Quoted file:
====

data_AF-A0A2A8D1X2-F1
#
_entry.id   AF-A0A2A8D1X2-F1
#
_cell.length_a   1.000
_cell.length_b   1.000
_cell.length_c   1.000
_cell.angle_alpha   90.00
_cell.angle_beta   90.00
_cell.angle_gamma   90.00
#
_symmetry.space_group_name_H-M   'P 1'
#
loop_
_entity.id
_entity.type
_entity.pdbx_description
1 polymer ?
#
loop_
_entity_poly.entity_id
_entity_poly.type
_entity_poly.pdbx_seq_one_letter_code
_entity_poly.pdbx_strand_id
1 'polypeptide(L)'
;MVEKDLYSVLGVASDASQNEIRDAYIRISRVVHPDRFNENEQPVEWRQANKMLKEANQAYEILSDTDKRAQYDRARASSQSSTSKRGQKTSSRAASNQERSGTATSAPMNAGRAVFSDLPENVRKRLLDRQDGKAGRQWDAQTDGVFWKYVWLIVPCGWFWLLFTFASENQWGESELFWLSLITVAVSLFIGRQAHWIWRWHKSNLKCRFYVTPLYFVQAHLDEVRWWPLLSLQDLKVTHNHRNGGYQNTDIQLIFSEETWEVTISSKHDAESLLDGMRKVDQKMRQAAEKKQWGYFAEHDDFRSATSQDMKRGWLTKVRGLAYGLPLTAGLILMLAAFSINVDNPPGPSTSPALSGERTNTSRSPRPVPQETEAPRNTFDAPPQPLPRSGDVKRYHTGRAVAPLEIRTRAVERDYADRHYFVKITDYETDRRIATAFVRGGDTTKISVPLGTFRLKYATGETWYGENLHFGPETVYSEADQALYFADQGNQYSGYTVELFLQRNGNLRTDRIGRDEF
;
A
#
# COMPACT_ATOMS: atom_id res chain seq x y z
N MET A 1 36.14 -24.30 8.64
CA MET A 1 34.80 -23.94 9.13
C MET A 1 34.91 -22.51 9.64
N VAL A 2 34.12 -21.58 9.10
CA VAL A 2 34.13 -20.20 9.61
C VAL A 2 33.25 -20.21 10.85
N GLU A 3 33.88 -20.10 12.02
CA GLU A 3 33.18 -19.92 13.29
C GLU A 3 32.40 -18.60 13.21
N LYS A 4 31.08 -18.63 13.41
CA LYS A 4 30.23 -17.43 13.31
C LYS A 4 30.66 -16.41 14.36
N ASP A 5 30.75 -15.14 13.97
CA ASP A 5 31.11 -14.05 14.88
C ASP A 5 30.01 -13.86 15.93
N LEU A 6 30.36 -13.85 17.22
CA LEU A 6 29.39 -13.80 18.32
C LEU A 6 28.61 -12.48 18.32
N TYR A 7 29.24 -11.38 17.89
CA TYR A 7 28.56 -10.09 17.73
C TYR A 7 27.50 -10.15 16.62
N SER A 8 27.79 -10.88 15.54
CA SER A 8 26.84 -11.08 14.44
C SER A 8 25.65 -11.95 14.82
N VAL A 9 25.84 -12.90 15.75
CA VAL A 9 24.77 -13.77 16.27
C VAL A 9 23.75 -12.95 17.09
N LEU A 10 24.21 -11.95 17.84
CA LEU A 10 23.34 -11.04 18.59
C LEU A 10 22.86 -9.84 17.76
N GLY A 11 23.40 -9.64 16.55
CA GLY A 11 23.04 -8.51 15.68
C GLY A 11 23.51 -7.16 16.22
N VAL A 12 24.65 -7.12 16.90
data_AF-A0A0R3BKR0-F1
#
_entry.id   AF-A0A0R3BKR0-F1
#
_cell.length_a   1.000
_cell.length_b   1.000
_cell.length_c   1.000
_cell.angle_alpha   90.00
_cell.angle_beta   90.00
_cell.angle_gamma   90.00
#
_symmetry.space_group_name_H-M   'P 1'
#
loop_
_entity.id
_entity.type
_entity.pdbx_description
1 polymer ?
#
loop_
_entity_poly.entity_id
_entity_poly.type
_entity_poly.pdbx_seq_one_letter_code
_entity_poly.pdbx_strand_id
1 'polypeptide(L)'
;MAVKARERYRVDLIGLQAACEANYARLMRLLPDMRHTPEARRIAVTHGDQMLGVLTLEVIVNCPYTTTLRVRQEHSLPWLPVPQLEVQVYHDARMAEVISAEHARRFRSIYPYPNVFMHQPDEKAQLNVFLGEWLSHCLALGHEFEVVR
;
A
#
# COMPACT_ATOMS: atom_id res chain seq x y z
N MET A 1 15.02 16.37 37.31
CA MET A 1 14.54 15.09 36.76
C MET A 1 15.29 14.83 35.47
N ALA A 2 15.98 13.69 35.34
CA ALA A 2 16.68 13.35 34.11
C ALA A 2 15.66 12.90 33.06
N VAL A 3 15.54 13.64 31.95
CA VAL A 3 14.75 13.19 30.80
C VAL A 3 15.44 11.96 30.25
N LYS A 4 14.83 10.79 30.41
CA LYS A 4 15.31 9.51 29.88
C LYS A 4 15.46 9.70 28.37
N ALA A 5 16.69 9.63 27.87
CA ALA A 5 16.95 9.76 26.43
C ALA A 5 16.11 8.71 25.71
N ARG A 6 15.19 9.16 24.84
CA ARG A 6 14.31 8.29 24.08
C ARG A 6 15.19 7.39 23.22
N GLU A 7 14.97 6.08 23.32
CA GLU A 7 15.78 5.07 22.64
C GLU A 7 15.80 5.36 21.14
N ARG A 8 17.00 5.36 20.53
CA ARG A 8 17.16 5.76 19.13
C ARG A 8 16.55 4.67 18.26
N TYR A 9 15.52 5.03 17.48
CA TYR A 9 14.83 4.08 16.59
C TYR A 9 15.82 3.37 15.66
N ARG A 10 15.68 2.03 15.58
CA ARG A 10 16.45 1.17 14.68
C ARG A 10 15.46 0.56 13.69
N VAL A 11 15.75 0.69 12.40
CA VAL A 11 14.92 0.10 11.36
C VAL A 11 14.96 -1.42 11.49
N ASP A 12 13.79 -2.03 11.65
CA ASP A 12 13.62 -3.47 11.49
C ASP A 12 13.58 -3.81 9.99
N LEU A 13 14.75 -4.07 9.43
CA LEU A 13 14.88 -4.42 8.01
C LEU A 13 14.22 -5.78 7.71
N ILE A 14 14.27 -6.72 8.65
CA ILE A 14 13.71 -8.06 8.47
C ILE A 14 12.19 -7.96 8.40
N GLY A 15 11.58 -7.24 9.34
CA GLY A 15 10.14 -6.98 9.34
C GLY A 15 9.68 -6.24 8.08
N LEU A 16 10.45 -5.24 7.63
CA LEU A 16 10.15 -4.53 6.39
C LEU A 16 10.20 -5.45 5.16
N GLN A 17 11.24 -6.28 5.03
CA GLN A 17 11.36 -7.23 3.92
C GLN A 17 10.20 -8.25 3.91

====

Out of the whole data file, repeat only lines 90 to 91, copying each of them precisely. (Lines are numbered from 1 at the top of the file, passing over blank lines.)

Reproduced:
;MAVKARERYRVDLIGLQAACEANYARLMRLLPDMRHTPEARRIAVTHGDQMLGVLTLEVIVNCPYTTTLRVRQEHSLPWLPVPQLEVQVYHDARMAEVISAEHARRFRSIYPYPNVFMHQPDEKAQLNVFLGEWLSHCLALGHEFEVVR
;